Personally, I like boots that are well padded, like the upper end Jackson boots often are, and have a "rolled cuff" at the top. That reduces the affects of ill fit a lot, though I know some skaters like the feel and control that bare leather provide. But you have the boots you have, so if the Bunga pads or thick socks don't satisfy, it is worth trying a reshape.

A GOOD skate tech at a pro shop will often fix all these problems on new boots for free if you ordered the boots through him or her - so, ask. If the first person you talk to doesn't say yes, ask to talk to the store manager, who is often better at his or her job than some of the workers.

In the end, if you can't get things right, or if you happen to live near the factory, call the boot maker, and ask what to do. If they were custom boots, the fix may be free, if you can get to the factory, or to a good authorized fitter. Even if they aren't custom, they can do it for a fee. If they were full custom, but were grossly misfit, they may make you new boots at no added cost.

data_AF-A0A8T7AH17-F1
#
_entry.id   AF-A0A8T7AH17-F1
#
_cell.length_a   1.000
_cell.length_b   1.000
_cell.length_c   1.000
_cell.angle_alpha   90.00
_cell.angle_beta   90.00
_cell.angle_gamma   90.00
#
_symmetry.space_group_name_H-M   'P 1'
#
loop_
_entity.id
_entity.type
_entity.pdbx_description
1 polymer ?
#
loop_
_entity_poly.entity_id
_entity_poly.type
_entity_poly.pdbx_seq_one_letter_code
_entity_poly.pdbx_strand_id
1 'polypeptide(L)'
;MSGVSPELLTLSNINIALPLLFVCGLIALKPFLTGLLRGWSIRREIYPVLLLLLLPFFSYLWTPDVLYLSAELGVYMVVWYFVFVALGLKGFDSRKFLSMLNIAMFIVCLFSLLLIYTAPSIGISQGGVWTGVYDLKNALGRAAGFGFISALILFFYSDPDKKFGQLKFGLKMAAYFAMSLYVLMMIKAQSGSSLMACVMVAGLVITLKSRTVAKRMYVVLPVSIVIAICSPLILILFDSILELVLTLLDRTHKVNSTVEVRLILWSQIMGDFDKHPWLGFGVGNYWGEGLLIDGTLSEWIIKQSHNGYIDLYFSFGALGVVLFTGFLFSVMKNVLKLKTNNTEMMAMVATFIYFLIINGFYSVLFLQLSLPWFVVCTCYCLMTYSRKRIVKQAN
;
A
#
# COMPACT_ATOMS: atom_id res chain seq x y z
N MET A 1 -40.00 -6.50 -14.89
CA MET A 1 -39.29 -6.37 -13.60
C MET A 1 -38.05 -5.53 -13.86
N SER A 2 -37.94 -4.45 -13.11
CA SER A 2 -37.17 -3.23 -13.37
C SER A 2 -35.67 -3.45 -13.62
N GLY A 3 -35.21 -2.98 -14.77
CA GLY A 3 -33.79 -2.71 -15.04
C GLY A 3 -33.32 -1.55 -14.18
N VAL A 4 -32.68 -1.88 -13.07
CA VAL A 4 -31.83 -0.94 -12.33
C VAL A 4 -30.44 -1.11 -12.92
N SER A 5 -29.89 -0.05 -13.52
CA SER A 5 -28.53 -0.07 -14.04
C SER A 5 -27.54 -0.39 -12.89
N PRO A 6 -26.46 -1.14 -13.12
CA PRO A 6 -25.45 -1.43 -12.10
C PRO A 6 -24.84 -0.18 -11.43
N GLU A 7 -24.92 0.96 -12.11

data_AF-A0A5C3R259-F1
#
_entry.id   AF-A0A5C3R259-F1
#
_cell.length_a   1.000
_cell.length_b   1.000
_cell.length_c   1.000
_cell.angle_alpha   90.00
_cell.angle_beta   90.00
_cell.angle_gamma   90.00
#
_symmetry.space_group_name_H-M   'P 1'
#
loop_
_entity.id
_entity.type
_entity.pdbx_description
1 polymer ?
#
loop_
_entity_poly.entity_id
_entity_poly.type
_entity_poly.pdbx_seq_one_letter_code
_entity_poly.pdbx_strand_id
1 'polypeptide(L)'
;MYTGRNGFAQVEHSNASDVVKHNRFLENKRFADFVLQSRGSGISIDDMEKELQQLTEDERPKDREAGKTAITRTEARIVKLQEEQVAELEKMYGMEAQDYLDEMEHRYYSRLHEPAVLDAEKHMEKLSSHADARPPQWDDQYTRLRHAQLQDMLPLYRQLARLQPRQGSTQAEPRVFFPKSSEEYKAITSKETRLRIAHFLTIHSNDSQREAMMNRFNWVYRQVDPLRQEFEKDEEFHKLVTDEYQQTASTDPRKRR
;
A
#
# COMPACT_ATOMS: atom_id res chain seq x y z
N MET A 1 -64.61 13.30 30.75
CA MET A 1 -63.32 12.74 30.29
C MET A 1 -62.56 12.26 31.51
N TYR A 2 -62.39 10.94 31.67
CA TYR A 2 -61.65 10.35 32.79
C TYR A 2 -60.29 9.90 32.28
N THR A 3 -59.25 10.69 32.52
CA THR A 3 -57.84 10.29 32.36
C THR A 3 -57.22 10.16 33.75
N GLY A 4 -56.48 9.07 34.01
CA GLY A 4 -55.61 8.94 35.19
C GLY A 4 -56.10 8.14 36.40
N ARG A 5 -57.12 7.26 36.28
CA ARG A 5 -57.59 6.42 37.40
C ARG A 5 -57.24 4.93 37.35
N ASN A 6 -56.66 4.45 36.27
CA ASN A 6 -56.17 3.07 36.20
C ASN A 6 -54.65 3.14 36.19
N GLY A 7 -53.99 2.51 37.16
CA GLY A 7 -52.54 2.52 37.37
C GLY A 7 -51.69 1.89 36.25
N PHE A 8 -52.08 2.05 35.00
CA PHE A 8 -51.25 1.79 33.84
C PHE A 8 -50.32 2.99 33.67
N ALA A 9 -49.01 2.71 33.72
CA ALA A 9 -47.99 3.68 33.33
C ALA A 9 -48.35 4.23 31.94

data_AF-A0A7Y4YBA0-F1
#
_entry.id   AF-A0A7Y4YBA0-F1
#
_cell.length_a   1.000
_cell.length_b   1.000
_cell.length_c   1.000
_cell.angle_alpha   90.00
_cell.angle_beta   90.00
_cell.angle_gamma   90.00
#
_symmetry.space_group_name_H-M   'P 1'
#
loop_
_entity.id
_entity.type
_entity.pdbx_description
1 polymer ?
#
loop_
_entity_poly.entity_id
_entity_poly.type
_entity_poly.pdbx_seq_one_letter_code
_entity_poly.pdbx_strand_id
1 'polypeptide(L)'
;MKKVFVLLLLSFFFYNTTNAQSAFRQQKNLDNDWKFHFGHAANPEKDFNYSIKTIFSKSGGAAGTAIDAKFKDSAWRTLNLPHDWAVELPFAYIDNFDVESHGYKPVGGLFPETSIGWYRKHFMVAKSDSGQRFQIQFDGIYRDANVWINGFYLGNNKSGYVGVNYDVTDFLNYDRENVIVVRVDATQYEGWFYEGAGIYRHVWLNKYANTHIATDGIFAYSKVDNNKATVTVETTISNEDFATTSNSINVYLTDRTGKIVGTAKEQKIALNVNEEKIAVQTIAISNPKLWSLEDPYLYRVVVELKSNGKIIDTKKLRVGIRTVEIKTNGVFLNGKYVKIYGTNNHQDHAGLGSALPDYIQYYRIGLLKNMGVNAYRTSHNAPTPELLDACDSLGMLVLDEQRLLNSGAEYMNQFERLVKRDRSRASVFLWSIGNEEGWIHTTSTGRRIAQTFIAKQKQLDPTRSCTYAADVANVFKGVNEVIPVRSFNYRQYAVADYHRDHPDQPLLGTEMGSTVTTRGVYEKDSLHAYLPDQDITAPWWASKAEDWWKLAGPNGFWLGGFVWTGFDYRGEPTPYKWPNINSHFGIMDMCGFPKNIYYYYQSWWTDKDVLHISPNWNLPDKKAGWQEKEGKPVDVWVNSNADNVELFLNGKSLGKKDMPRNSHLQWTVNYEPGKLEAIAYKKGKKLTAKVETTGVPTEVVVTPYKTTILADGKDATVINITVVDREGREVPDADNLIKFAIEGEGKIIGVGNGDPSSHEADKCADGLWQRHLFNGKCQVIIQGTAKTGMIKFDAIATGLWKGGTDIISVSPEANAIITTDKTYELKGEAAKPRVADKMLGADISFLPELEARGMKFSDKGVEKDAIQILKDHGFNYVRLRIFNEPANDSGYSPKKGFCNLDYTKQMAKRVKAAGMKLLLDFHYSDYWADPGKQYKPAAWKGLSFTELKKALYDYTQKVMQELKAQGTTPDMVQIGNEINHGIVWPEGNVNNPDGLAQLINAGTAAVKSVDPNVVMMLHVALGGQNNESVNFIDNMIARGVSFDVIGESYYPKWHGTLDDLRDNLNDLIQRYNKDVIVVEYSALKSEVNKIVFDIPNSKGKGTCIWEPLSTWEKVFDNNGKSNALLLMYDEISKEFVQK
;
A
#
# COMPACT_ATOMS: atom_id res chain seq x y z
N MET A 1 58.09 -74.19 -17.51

Incidentally, a podiatrist or a suitably trained sports-PT might be able to help - at a cost. At least a dozen of the aforementioned incompetent fitter's customers went to the same podiatrist for similar problems. I might have too, if I had known such people existed, before I spent years figuring out ways to handle it. It is best to find a sports-podiatrist who specializes in skating or skiing customers. (Alpine skiers also use edges, and also frequently use very tight, stiff boots. Many ski shops also have boot presses or ball-and-ring-pliers, as do a few other high end shoe and boot shops, and some shoe and boot repair places.)

If fit IS the issue, stay far away from the pro-shop that ordered and adjusted your boots. They will likely mess everything else up, like sharpening. E.g., I've been told by the employees of one pro shop that mostly handles hockey that they take about 1 - 3 mm of steel off the blades every time they sharpen, to get out the big nicks that often develop in hockey blades - over an order of magnitude more than the 0.003" (.0762 mm) that is frequently advocated for figure skates. So blades sharpened by those standards will last through 1 - 2 orders of magnitude fewer sharpenings than at a first class figure skate pro shop. People on this board have told other horror stories of what bad pro shops do, like reshaping the blades to be like hockey blades. Bad pro shops just aren't worth it.